15. ^ a b c Engelhaupt, Erika (July 9, 2006). "But do Hoodia diet pills actually work? Diet miracle from an African plant is a spam special". The Philadelphia Inquirer.
  16. ^ "Hoodia: lose weight without feeling hungry?" (Subscription required) Consumer Reports 2006 Mar; 71(3):49.
  17. ^ US Food and Drug Administration (March 26, 2004). "Warning Letter for Weight Loss Products 'TrimSpa Carb Blocker' and 'TrimSpa Fat Blocker'" Archived 2007-08-21 at the Wayback Machine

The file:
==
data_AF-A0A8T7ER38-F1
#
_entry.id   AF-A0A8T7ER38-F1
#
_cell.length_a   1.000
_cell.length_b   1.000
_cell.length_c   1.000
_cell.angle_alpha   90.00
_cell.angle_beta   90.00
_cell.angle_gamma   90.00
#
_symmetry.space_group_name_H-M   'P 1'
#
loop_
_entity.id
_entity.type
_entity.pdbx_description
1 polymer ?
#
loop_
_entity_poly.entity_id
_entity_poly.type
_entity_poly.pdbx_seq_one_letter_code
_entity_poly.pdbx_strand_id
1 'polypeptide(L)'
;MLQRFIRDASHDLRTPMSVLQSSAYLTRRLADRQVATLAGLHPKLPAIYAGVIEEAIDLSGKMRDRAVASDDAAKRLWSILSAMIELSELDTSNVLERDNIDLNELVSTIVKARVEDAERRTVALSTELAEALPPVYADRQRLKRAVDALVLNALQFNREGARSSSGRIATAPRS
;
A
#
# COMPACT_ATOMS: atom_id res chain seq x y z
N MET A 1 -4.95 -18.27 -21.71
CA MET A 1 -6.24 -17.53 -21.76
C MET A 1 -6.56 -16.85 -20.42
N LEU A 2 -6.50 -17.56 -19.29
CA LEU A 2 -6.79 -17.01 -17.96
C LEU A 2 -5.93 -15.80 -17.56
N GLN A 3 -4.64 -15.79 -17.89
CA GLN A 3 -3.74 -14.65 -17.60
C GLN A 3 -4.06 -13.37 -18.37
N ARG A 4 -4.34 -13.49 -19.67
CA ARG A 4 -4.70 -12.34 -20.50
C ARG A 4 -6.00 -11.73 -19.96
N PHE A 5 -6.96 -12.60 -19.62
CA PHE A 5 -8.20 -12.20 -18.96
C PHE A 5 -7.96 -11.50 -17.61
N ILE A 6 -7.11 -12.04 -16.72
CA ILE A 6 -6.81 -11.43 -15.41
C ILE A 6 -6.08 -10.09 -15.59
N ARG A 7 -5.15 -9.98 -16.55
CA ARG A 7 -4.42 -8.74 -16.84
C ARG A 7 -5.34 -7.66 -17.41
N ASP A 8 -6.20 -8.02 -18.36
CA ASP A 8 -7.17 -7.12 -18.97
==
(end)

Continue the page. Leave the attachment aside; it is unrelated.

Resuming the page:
18. ^ Hawaleshka, Danylo. "Hoodia love: An appetite suppressant used by Bushmen is the diet world's newest fad" Archived 2007-10-10 at the Wayback Machine. Macleans, August 3, 2005.
  19. ^ New Jersey Office of the Attorney General (October 16, 2003). New Jersey Sues Founder of Goen Seminars.
  20. ^ Tomlinson, Heather, "Prickly solution to obesity?", The Guardian Weekly, (undated).
  21. ^ Santa Cruz, other DAs sue manufacturers of weight loss products Archived 2009-10-05 at the Wayback Machine, Santa Cruz Sentinel, October 1, 2009